Welcome back, seniors.
Now the fun really begins.
You wondered if your time would ever come. Now, all eyes are fixed on you – and everyone is following your lead. On sports teams, you comprise much of the varsity. And you hold the leadership posts on clubs too. Between homecoming court and graduation, this is truly the year that you’ll always remember.
Your senior year is a long slow goodbye. This is your last chance to do so many things. And maybe that’s what makes this year so special. Deep inside, you know big changes are ahead. Whether you’re dreading or embracing this change, one question will shadow you all year: Where will I be a year from now?
That’s particularly true about college. There are so many factors to weigh. Where are my friends going? Which campus feels most like home? What do I want to study? And who’ll give me the biggest aid package?
You may be thinking a year ahead. In reality, you need to look five years ahead…if not more. Soon enough, you’ll be joining your classmates, siblings, and even parents in the work world. And you’ll quickly learn a key lesson: You need money to do whatever you dreaming of doing.
You’ve probably heard that your college is your destiny. That’s more hyperbole than anything. But your school choice does place you on a particular path. If you believe the quickest path from point A to point B is a straight line, it behooves you to factor income potential into your college choice.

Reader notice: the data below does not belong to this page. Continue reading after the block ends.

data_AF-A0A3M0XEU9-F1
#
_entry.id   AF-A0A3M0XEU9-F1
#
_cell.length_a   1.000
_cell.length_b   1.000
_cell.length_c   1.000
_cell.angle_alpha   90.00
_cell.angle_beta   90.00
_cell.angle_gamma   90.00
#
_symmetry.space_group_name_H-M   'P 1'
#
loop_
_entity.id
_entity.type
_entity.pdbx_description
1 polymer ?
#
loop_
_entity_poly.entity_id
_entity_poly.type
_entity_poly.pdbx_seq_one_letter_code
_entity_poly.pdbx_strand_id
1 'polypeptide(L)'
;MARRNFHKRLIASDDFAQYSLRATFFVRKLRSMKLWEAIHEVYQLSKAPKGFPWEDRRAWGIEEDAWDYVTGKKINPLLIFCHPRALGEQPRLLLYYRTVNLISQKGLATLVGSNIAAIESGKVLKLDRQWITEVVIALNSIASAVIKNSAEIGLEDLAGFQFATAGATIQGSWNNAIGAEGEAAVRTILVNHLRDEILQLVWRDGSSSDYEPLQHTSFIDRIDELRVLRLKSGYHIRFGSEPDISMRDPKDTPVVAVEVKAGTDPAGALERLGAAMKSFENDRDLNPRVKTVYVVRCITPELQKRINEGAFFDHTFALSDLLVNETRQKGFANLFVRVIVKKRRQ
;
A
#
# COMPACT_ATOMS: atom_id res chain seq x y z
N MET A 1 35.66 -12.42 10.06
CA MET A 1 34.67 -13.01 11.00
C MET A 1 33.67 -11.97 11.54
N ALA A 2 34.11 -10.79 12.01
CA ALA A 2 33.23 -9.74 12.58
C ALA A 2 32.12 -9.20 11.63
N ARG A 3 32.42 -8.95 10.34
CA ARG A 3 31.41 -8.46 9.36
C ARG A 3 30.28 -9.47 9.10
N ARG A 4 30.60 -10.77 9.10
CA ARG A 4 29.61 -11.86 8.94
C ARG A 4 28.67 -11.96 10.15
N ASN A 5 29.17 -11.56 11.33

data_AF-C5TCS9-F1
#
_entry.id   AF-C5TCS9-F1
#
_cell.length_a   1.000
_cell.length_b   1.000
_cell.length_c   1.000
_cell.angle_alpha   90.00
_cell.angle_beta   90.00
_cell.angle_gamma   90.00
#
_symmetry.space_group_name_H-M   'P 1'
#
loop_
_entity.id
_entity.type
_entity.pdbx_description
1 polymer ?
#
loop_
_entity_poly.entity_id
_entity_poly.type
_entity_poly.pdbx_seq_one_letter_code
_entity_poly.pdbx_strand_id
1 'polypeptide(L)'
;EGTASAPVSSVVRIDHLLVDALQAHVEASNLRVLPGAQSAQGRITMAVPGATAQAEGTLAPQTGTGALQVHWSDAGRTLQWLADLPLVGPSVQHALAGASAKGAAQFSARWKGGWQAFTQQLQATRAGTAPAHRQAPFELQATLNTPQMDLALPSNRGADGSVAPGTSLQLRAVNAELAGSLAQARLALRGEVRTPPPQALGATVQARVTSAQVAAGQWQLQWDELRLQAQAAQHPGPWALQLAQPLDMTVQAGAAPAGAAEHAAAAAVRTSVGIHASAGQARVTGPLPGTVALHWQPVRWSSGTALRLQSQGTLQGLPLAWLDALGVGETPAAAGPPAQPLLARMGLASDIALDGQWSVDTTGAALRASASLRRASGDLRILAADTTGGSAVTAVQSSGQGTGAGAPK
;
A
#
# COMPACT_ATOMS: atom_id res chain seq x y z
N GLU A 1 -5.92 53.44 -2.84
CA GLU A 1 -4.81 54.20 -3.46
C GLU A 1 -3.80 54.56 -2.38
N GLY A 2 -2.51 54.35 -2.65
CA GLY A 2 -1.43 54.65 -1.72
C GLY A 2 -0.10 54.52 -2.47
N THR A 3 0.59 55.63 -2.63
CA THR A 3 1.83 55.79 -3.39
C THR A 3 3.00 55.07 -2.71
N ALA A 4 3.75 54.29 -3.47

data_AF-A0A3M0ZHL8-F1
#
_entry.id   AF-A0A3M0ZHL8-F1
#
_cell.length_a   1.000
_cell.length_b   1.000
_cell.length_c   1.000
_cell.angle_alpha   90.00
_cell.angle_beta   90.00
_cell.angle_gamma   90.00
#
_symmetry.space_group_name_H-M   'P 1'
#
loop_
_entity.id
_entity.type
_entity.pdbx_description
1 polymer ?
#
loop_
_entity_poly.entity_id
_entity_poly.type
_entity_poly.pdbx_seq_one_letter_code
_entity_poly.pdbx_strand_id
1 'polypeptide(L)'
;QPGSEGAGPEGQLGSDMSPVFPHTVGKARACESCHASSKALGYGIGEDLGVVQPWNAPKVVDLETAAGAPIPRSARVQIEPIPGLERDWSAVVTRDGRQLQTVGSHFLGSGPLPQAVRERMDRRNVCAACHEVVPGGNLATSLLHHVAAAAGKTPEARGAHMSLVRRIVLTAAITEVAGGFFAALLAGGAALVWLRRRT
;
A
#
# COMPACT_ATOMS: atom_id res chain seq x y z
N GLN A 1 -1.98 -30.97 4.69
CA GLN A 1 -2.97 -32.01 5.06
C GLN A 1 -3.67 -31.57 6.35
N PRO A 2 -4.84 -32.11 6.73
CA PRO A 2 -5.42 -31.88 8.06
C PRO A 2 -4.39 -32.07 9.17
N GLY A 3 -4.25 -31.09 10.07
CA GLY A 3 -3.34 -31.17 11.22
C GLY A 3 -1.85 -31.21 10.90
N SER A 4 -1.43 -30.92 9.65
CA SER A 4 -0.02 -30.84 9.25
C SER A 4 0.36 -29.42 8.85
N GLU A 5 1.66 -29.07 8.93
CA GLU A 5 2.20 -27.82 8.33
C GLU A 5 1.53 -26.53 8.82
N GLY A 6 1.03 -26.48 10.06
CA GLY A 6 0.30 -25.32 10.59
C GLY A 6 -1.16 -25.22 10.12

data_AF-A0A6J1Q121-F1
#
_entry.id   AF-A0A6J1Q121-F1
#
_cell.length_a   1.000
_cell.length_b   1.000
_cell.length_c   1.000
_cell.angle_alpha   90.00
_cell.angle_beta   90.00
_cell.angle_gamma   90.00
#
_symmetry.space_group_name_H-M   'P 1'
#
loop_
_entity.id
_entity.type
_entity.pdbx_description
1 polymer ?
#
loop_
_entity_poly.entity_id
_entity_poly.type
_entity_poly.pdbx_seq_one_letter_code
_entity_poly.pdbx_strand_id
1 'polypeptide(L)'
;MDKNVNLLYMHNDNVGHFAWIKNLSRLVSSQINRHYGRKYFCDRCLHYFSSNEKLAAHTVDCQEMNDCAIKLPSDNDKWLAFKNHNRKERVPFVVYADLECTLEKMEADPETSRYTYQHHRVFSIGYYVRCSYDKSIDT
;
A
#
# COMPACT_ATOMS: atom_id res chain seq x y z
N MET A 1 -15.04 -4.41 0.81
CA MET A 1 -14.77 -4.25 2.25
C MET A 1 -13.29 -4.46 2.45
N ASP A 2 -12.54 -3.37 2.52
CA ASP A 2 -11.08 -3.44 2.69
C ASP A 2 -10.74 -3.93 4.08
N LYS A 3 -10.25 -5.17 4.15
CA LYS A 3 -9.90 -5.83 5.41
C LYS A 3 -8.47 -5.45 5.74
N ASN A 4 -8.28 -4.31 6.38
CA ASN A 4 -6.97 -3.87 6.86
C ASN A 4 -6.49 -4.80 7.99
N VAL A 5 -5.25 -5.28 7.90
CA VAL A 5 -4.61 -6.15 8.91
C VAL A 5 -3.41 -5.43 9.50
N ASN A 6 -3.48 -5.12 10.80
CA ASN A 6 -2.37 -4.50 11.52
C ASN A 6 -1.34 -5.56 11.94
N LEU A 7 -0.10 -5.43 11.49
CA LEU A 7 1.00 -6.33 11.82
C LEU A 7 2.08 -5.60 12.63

HOW PAYSCALE CALCULATES GRADUATE INCOMES
This week (September 10th), PayScale, a leading data warehousing firm that specializes in employee compensation, released its 2015 College Salary Report. Covering median salaries at both “early career” and “mid-career,” PayScale provides a rough idea of what you can expect to earn after graduation for both Bachelor’s and advanced degrees at over 1000 colleges.
The data was culled from PayScale’s database of 1.4 million college graduates, which is collected from its ongoing online compensation surveys and capture employer, compensation, demographic and educational backgrounds. While sample sizes vary, the average sample per school was 325 graduate profiles (with some schools featuring as many as 4,000 profiles).
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